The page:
The Shared Economy: a buzz-phrase which has caught wind over the past five years. Something inherently humanistic that is now being commercialized. Thanks to technology, it’s now integrated into pretty much every industry. Uber made taxi drivers angry, Airbnb caused hoteliers and chains to switch things up, Etsy made conscious consumerism possible. What about commercial real estate? That’s what was explored at the most recent Cornell Real Estate Council Philadelphia luncheon. The panel, entitled “Disruption & Creativity in CRE,” featured speakers who have their finger on the pulse of change. Moderator Andrew Benioff was joined by Ofo Ezeugwu, CEO & Co-Founder of landlord review and rating site WhoseYourLandlord, Jim Lee, Founder of StratFi, and Anita Shannon, Director of Community at WeWork.
Out with the Old, In with Social
Similar to how Airbnb allows movers to experience unfamiliar neighborhoods through its extended-stay, live like a local platform, WhoseYourLandlord gives tenants a taste of what their living situation will be like before having to sign a 12 month lease. But it’s more than a website – it’s a community. “It’s important for us to have that humanistic element to our brand,” notes CEO Ofo Ezeugwu. The platform serves as a form of information sharing on the good, bad and ugly of multifamily properties. A threat to landlords looking to dodge accountability.
Jim Lee, Futurist and Founder of Wilmington-based wealth management firm StratFi, warns us of the reality that companies have a much smaller life expectancy today. While it was once a 50 year life span, today companies and start ups are breathing on average for only 12 years. Clearly, this impacts both the multifamily and office sectors, as it creates uncertainty, making it harder for tenants to commit on leases. “While we’ve seen more interest in shared community spaces which are smaller in nature,” Jim Lee notes that the future will bring a greater “need for both economic and geographic flexibility.” While zoning kept multifamily, retail, community and work space separate in the early 20th Century, these sectors are now integrating.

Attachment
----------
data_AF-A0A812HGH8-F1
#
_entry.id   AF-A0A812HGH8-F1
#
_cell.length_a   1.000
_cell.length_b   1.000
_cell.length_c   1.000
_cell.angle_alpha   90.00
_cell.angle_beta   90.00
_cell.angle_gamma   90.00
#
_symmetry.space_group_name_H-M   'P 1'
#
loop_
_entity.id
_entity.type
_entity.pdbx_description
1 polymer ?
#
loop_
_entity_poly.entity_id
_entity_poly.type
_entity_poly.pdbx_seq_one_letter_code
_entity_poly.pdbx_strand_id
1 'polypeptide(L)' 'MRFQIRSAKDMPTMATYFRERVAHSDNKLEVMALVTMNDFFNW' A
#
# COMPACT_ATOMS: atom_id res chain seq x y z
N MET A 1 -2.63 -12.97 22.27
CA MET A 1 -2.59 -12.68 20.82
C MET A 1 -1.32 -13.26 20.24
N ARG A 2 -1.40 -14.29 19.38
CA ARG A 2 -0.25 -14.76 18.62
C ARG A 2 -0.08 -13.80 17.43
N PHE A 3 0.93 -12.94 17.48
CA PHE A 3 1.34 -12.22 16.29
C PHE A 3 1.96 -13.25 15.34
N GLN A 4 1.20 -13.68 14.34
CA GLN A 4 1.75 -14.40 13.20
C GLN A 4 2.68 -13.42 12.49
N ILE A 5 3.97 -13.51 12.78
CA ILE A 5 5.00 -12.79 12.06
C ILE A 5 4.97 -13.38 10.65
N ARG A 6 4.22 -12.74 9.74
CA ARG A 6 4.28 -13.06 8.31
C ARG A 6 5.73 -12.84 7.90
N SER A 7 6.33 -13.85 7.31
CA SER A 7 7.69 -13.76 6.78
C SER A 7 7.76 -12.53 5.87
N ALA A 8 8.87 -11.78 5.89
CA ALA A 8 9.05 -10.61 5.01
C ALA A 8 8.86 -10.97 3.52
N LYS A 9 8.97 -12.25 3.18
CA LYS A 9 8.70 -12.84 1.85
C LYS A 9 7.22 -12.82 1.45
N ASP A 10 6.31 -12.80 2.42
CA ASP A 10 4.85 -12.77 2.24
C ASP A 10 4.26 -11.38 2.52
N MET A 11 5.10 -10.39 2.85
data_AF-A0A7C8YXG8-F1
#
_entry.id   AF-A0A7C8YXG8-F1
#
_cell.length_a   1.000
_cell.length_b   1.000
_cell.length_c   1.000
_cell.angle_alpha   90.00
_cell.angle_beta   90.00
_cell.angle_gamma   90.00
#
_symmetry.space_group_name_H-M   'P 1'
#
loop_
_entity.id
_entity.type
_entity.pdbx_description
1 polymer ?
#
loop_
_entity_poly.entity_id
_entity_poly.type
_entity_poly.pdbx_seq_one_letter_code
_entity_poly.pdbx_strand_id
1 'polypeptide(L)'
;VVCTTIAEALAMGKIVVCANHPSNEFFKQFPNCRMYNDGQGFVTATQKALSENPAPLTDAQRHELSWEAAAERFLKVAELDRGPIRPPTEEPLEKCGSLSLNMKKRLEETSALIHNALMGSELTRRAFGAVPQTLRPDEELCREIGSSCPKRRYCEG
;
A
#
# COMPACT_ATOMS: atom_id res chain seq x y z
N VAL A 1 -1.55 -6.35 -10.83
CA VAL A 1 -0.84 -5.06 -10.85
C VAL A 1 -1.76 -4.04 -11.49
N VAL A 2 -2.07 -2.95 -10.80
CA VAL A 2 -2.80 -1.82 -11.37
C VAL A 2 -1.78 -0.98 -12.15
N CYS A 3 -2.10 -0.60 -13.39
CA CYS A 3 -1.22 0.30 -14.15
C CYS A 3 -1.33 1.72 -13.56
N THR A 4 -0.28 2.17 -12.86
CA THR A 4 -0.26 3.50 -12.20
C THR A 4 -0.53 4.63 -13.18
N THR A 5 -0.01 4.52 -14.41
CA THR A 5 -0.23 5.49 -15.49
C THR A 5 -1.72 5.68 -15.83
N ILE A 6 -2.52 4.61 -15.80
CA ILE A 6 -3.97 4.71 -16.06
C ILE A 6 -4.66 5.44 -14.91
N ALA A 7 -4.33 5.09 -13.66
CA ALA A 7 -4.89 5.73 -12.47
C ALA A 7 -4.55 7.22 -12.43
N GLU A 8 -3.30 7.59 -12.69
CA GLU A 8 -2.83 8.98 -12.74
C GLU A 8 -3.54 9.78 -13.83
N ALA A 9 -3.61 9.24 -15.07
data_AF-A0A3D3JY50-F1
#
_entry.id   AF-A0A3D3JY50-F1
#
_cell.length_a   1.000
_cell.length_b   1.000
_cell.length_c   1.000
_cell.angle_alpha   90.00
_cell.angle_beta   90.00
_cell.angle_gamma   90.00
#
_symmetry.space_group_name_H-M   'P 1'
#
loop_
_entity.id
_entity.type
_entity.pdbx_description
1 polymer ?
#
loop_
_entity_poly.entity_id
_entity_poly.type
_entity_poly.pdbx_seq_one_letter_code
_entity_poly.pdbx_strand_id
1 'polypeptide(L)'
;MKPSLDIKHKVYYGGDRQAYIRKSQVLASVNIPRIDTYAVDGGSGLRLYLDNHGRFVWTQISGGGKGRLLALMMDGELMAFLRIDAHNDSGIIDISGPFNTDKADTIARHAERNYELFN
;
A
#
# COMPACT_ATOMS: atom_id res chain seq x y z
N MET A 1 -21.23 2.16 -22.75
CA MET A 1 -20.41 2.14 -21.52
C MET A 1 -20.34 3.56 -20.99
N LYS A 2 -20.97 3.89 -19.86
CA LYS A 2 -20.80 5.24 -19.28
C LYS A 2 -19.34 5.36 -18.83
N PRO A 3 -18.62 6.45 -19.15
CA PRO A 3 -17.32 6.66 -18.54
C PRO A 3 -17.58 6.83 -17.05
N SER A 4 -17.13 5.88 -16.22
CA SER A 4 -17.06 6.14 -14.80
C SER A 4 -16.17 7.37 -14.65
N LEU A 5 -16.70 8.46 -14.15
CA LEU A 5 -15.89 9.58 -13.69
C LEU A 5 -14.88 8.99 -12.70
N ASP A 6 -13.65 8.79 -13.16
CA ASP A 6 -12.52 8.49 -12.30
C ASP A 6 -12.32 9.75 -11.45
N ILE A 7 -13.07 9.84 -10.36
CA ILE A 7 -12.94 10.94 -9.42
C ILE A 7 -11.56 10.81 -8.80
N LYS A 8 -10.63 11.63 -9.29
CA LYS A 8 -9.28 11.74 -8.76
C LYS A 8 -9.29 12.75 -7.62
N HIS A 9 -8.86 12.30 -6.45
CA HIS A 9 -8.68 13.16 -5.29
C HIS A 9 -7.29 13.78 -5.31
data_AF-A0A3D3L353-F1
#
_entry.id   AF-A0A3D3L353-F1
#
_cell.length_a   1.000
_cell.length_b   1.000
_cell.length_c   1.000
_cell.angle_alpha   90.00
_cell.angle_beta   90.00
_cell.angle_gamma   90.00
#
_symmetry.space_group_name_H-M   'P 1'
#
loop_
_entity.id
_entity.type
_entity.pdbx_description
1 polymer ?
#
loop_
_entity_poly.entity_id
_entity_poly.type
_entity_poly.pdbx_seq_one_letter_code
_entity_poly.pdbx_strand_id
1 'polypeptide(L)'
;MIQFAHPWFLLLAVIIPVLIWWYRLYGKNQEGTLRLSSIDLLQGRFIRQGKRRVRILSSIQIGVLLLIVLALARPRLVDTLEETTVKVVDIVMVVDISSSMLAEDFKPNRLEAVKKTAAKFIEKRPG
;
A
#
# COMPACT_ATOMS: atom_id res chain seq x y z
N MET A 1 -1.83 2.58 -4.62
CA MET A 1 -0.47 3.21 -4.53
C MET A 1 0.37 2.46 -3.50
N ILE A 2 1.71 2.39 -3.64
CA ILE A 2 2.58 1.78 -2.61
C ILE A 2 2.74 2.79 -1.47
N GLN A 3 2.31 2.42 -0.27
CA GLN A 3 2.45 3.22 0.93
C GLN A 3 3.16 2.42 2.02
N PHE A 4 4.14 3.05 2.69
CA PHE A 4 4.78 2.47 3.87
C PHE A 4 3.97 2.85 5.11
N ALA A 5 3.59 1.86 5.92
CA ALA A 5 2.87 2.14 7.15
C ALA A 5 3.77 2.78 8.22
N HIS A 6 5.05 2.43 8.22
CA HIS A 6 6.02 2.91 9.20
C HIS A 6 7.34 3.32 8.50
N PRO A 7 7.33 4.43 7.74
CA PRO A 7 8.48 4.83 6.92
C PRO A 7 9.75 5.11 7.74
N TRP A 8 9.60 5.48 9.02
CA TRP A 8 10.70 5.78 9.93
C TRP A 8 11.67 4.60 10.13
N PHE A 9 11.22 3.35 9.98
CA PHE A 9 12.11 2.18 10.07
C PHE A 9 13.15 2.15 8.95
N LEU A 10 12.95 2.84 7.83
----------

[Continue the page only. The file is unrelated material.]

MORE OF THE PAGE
The Mesh of Many Sectors
“Co-working space should be seen as a fusion of social reactors for an explosion of new ideas……with an added economics benefit.”
This is where WeWork jumps in. Anita Shannon notes that the model WeWork provides its members is appealing because of the cost flexibility, the all-inclusive aspect, and the idea of community. Anita comments that it makes it extremely easy to recruit new talent in collaborative environments. With a mix of entrepreneurs and freelancers of different generations and companies of varying sizes, she’s far from wrong. “Space is no longer just a physical entity, it should be viewed as a service,” notes Anita.
When it comes to people who don’t “get” the success of WeWork because the company doesn’t own its own space? Andrew Benioff, Chairman & Founder of CREC Philadelphia, has one thing to say:
“The ‘for free’ model makes it so you can profit without owning any space. Think about Marriott International. Marriott doesn’t own any of its hotels, yet its the biggest hotel chain by far in the world.”